Published Online: 1 May 1992
Page Count: 12
Senior anthropologist, Behavioral Sciences Division, Science & Advanced Technology Directorate, U.S. Army Natick Research, Development and Engineering Center, Natick, MA
Harold H. Swift Distinguished Service Professor, University of Chicago, Chicago, IL
(Received 25 July 1991; accepted 8 October 1991)
Estimation of stature from the dimensions of foot or shoeprints has considerable forensic value in developing descriptions of suspects from evidence at the crime scene and in corroborating height estimates from witnesses. This study extends the findings of previous researchers by exploring linear models with and without gender and race indicators, and by validating the most promising models on a large, recently collected military database. Boot size and outsole dimensions are also examined as predictors of stature.
The results of this study indicate that models containing both foot length and foot breadth are significantly better than those containing only foot length. Models with race/gender indicators also perform significantly better than do models without race/gender indicators. However, the difference in performance is slight, and the availability of reliable gender and race information in most forensic situations is uncertain. Analogous results were obtained for models utilizing boot size/width and outsole length/width, and in this study these variables performed nearly as well as the foot dimensions themselves.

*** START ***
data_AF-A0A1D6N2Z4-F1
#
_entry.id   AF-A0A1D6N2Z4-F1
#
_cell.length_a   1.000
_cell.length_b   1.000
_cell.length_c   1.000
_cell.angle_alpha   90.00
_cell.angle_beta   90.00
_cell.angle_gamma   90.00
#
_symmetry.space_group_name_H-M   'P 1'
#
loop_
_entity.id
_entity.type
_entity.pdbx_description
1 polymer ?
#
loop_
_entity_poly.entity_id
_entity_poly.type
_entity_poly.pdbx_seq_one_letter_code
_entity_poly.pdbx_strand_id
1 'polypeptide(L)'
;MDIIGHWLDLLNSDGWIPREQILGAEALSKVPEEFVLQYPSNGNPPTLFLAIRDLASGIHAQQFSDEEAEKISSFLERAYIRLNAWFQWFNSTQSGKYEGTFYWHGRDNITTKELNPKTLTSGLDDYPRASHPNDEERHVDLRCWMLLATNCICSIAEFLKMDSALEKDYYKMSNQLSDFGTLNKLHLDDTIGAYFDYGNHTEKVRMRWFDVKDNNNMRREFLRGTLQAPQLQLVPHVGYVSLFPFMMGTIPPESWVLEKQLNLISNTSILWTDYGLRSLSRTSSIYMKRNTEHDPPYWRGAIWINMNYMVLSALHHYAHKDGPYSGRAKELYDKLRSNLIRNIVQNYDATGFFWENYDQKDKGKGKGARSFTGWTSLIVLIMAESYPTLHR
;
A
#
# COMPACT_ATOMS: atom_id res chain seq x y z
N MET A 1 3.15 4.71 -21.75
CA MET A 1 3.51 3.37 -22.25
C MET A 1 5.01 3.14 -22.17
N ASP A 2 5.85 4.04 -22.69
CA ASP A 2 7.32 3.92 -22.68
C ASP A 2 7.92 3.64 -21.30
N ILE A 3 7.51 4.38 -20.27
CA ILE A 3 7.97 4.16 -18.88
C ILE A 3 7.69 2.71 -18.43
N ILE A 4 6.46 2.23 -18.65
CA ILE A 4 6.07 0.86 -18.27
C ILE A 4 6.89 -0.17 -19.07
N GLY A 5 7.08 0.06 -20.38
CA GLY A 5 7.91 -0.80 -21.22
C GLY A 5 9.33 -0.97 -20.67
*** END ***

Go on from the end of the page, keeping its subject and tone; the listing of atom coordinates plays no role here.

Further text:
Although the adjusted R2 values for these models clearly reflect a strong relationship between foot/boot length and stature, individual 95% prediction limits for even the best models are ±86 mm (3.4 in.). This suggests that models estimating stature from foot/shoeprints may be useful in the development of subject descriptions early in a case but, because of their imprecision, may not always be helpful in excluding individual suspects from consideration.
Paper ID: JFS11989J